The only time some of the vendors start to care about collections is when the bills are so delayed that the sales teams' commissions are at risk.  At that point the company typically springs into action and is "Johnny on the spot" attempting to reach out to resolve any issues because the sales teams at the vendor have significant power in the organization and complain with vehemence whenever their compensation is at risk.

While some vendors are laggards on collections, they all are focused on closing deals at the end of each quarter so that they can "book" these deals as revenue per accounting purposes.  There are criteria that must be met (the hardware must be shipped from their dock) but the firms will generally stay up all night or jump through whatever bureaucratic hoops are necessary to complete the deals for that quarter.

These notes specifically apply to public companies that aren't in major financial distress.  These companies are aligned to GAAP principles, which focus on earnings and not cash collections, so they often don't stress timely and accurate invoicing and collection of their bills.

On the other hand - private companies or those that have been taken over by hedge funds and other sorts of shrewder operators, are completely focused on cash flow.  If you are a private company, earnings matter (especially if you are "prettying" it up for sale) but CASH IS KING.  Private equity investors like to pay themselves cash dividends out of the companies they acquire, so they definitely sweat the timing of payments and keep a close handle on cash flow.  These same private companies also work strenuously to minimize taxes which stand in the way of dividend payments to the owner.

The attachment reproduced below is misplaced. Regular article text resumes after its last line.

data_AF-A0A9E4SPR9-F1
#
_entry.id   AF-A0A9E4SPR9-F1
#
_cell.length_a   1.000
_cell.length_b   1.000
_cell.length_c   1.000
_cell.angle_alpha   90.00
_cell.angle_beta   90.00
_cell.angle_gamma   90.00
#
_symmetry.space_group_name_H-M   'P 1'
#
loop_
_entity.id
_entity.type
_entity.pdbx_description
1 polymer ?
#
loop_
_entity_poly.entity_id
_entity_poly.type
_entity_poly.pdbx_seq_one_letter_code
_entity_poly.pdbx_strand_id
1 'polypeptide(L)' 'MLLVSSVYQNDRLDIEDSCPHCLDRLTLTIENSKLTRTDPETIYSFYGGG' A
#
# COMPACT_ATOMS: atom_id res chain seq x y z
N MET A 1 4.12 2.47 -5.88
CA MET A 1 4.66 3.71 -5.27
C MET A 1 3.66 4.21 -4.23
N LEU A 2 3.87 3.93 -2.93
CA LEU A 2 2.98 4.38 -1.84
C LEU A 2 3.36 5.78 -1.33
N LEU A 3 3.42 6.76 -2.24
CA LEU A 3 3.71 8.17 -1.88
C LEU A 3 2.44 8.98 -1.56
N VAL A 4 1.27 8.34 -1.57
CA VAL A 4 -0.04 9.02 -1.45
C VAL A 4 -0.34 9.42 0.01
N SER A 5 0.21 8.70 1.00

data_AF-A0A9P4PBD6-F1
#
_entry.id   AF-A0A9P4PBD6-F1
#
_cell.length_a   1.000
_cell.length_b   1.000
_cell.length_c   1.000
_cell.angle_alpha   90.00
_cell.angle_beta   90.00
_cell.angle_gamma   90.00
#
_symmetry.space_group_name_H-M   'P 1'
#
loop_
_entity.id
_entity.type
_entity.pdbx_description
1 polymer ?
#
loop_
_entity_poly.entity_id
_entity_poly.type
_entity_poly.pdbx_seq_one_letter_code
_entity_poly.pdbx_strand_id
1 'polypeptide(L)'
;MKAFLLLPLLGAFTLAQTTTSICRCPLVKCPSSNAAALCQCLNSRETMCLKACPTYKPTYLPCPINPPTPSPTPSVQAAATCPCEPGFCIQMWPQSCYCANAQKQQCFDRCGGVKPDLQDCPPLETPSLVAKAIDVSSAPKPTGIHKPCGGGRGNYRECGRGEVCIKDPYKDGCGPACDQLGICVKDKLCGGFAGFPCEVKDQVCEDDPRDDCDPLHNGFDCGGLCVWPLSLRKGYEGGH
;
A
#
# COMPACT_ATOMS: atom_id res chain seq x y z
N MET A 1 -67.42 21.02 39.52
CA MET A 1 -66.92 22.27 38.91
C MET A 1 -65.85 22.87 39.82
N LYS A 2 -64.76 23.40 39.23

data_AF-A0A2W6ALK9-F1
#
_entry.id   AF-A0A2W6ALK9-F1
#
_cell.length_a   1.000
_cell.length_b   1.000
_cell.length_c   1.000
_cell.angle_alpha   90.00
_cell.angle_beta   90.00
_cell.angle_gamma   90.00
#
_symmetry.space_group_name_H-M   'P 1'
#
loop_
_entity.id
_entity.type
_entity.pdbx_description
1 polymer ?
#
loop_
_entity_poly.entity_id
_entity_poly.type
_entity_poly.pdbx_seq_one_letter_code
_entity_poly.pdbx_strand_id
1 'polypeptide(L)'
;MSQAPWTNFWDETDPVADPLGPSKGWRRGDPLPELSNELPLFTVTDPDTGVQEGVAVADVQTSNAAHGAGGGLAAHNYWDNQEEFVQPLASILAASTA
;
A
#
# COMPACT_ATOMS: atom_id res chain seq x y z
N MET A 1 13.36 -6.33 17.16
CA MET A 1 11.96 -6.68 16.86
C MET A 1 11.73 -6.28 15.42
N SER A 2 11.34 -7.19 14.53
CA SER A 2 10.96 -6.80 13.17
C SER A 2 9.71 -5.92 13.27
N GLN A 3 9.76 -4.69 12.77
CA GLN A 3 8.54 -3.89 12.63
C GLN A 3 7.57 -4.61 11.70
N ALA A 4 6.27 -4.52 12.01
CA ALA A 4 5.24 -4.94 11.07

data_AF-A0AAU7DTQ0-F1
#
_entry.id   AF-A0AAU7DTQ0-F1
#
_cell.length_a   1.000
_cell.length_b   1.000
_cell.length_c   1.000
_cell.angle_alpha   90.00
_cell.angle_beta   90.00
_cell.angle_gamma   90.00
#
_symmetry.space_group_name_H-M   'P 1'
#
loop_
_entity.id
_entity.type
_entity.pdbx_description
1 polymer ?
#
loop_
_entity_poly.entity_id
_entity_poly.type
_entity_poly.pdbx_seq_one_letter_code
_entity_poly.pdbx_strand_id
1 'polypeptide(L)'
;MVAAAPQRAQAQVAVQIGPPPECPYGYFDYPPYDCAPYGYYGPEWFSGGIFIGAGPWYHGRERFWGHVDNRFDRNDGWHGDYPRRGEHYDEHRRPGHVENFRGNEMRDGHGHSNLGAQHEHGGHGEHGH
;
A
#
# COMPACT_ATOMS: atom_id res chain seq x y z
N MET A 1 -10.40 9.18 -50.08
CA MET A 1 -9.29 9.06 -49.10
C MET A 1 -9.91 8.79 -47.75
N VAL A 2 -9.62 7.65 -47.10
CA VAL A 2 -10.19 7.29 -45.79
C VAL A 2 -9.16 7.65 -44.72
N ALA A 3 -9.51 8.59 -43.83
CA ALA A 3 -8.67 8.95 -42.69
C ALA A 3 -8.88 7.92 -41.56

Saturday, May 02, 2015

Saturday Night Flyover Country

This will be my last entry under the topic "Saturday Night Flyover Country" for a while.

Hold your applause, please!

My final country entry was probably published before under this topic but is one of my favorite country tunes of all and these guys aren't even from Texas. In honor of Kentucky Derby Day…ladies and gentlemen, The Rolling Stones.